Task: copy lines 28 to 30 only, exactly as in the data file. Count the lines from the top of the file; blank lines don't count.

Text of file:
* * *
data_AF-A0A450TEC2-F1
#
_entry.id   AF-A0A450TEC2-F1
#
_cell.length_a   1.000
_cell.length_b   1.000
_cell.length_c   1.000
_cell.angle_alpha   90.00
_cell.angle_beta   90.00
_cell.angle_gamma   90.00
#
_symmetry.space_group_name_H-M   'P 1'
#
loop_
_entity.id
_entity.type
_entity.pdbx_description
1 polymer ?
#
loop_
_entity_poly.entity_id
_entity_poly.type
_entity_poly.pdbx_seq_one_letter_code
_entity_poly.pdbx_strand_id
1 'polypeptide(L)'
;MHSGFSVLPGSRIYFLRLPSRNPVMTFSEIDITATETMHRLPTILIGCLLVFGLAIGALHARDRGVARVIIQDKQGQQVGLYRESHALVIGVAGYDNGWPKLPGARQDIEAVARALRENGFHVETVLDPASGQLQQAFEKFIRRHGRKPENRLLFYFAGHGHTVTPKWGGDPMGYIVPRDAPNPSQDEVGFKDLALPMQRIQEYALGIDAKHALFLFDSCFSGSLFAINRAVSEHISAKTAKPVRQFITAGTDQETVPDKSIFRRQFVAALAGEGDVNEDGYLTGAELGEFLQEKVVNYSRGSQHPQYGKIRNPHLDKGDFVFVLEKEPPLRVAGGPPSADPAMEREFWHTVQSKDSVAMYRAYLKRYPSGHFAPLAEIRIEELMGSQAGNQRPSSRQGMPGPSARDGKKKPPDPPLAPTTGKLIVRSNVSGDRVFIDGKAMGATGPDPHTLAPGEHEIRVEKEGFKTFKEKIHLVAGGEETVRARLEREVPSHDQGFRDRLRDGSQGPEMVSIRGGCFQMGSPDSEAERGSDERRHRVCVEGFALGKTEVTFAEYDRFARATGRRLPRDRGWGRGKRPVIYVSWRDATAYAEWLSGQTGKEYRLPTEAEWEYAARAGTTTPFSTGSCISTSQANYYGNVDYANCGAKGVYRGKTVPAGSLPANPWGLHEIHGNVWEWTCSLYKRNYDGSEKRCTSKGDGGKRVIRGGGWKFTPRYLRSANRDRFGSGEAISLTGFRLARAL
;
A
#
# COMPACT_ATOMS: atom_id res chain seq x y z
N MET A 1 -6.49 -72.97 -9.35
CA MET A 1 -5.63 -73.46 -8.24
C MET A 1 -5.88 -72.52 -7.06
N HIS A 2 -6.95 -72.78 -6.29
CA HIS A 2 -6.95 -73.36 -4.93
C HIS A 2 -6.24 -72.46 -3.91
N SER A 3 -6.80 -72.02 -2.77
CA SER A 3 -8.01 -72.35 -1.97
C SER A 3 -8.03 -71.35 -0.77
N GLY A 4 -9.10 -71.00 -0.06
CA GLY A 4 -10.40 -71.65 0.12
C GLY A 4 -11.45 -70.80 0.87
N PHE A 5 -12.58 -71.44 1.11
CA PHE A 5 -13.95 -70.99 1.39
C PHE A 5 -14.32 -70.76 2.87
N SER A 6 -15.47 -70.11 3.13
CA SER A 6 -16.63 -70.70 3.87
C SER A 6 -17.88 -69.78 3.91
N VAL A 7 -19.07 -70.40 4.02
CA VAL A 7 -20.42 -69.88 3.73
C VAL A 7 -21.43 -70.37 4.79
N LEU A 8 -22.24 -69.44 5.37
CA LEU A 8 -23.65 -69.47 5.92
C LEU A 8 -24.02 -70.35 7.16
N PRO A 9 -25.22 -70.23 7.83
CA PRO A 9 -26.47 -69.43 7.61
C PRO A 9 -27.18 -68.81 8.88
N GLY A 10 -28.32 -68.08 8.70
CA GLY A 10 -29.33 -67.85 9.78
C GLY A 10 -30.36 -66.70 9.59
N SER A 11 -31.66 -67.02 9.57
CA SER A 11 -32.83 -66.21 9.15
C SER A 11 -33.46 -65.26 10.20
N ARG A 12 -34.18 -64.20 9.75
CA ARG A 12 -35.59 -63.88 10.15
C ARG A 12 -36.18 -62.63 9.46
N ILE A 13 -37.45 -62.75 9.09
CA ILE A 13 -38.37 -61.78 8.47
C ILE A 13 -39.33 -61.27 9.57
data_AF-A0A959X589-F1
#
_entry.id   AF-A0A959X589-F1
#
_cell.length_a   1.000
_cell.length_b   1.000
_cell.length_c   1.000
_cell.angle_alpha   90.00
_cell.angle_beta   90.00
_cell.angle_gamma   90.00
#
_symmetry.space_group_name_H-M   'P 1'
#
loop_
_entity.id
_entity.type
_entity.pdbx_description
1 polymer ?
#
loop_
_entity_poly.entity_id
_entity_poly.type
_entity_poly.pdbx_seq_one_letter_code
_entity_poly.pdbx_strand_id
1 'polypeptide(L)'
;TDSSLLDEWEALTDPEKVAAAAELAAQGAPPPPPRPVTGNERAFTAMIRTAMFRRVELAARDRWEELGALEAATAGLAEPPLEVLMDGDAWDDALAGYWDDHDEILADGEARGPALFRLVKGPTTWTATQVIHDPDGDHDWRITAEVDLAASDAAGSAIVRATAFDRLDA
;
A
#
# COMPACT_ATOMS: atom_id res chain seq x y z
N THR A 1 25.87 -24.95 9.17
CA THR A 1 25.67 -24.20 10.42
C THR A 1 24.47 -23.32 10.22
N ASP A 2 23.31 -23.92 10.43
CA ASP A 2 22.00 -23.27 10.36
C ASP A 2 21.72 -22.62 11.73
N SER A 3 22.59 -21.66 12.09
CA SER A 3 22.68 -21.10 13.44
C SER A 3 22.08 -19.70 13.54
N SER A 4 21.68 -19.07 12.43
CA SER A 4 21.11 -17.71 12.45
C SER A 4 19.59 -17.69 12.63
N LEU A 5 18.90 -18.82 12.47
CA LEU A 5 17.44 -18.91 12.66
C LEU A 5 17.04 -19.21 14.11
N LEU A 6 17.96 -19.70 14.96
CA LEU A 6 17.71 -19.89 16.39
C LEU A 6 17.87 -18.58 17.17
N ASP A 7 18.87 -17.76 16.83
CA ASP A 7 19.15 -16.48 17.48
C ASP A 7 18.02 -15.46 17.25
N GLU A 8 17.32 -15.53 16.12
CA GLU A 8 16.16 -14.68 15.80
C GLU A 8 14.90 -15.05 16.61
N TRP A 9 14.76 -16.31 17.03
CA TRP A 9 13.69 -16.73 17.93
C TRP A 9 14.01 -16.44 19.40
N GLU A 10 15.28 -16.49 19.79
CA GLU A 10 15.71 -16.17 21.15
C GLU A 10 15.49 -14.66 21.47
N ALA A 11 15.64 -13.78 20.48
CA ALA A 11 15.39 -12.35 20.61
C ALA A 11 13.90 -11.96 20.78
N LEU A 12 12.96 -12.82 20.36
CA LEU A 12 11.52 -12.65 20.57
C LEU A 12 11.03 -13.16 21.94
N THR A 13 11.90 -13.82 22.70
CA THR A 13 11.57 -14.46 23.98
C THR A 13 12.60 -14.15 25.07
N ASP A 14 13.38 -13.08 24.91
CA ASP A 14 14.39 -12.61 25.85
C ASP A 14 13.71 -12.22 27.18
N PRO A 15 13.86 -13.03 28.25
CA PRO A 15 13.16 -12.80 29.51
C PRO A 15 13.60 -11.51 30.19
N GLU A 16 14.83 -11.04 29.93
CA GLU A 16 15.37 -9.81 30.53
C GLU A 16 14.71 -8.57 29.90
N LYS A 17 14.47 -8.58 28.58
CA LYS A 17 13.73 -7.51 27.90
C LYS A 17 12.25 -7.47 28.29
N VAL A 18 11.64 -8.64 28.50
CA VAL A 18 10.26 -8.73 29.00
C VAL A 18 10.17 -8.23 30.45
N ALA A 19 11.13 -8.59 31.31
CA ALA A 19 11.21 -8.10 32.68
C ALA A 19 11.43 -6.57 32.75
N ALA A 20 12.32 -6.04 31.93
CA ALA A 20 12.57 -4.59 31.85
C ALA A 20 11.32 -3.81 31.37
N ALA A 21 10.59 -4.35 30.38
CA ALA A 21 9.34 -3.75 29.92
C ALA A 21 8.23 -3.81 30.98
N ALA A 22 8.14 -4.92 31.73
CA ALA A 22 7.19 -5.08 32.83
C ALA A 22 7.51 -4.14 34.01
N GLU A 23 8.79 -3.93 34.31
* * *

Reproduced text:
A
#
# COMPACT_ATOMS: atom_id res chain seq x y z